team was shoved all over the prac-
tice field by the third string in a
The No. 3 unit, known as the
attackers, was led by sophomore
halfback Chuck Brainerd of Dixon,
Ill. He made several long gains,
"The attackers made consistent
yardage against- ourfirst string,"
said Parseghian. "I am concerned
about our defense with that Okla-
homa game Saturday nearly upon
Oregon at Michigan (score)
Indiana at Illinois
Oregon State at Iowa
UCLA at Purdue
Minnesota at Nebraska
Michigan State at Pittsburgh
Northwestern at Oklahoma
SMU at Ohio State
Wisconsin at Stanford
Mississippi at Kentucky
TCU at Southern California
Georgia Tech at Rice
California at Notre Dame
Texas at Maryland
Tennessee at Auburn
Holy Cross at Harvard
Colorado at Baylor
Georgia at Vanderbilt
Kansas at KaansasState
Duke at South Carolina,
football opener against Indiana.
Tony Parrilli continued to hold
the top left guard post as Pat
Lennon nursed a sprained ankle.
The starting nod will depend upon
Lennon's condition Saturday.
* * *
IOWA CITY, Iowa - Iowa
tapered off drills today for its
opening football game of the sea-
son against Oregon State here
The workout was shortened to
an hour and a half with the
morning session devoted to a run-
down of maneuvers on offense and
LAFAYETTE, Ind.-Coach Jack
Mollenkopf, worried by an injury
list that includes three of six
fullbacks, called a halt to contact
work today as Purdue pushed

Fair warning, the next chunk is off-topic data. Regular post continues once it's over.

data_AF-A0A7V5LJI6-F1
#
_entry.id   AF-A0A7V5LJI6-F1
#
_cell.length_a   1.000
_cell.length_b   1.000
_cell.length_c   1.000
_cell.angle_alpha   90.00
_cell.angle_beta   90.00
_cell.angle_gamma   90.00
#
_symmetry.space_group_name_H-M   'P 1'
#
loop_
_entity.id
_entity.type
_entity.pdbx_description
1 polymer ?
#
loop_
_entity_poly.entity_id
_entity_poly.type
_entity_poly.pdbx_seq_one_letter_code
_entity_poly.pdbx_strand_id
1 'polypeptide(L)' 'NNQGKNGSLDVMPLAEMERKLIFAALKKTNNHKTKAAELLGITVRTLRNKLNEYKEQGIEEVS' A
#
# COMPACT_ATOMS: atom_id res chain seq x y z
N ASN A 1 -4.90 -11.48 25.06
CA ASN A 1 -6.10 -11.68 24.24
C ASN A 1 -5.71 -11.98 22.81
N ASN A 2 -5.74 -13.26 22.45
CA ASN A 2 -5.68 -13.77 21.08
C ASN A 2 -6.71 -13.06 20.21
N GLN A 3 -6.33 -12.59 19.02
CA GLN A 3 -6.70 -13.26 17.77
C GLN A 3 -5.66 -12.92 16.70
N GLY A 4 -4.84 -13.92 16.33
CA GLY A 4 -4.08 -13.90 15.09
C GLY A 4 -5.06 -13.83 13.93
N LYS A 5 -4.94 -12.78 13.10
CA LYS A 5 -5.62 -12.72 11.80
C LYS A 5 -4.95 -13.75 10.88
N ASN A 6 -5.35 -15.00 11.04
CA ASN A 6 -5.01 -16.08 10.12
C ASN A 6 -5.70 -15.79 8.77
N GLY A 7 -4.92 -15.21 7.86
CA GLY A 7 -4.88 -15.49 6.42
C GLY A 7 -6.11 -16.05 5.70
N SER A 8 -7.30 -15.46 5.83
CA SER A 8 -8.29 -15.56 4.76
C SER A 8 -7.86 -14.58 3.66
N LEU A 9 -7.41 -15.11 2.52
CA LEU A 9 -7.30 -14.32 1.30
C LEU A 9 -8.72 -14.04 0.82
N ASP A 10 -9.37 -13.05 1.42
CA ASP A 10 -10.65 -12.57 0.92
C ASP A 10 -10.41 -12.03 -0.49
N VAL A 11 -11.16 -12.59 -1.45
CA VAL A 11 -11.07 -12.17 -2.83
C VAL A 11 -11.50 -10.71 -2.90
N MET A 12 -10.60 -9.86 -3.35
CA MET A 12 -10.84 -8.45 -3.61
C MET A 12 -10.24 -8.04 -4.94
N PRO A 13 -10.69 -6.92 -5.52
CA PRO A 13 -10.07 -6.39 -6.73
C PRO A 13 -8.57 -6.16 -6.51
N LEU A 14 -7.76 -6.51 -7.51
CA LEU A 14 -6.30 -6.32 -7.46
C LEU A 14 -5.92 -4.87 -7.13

preparations for its football open-
er wtih UCLA here Saturday.
As the Boilermakers concen-
trated on offense in a dummy
scrimmage, a tentative starting
lineup consisting of seven or eight
seniors, two juniors and one or
two sophomores began shaping up.
* * *
BLOOMINGTON, Ind.-A short
defensive scrimmage against Illi-
nois' running and passing plays
today wound up Indiana's contact
work prior to the Hoosiers foot-
ball opener with the Illini at
Indiana's own offensive pre-
paration was confined to dummy
drills, concentrating on passing
Rnd long sessions on the bags.
EAST LANSING, Mich.-A lot
of football players will be on dis-
play when Michigan State meets
Pittsburgh, playing on home
grounds, will be 'able to use Its
entire bench. Michigan State is
limited to a 38-man traveling
squad, but also plans to flood the
field with substitutions.
The University of Michigan
Rifle Club will hold an orgniza-
tional meeting Wednesday, Sep-
tember 28 at 7:30 P.M.
All those who are interested in
shooting are invited to attend.
The meeting will be held in North
University Building which is lo-
cated directly across the street
from the woman's tennis courts
at the base of the Hill. The Club
will begin practice on the 22 small
Vice-president, Larry Vanice re-
ported that the Club will compete
this winter in a local league com-
posed of teams from around
Washtenaw County. Any Club
member Is eligible to compete in
these meets with the four higest
scores determining the Club's
The Club ordinarily shoots
against other Big 10 schools but
is limited this year by a lack of
travel funds, which it must pro-
vide for itself, and a shortage of
top flight talent.
In the spring, practice on the
M-1 rifle begins and in mid-May
the Club sponsors a match at
Camp Perry Ohio which is open
to all college teams. As many as
12 Michigan men compete.
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"We'll use three teams in the!
first half no matter what the
score," said Coach Duffy Daugh-
erty. "That's nothing new with us,I
of course. We always have used a
lot of players because we are great
believers in that. They all practice
hard and deserve a chance. Andt
we like them fresh and rested"
This means Michigan State whIl
alternate offensive and defensive
elevens'plus a complete alternate
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CHAMPAIGN, Ill. -- Illinois'
strting center, Stan Yukevich, to-
day worked out after a six-day
layoff because of injury and will
see action in Saturday's Big Ten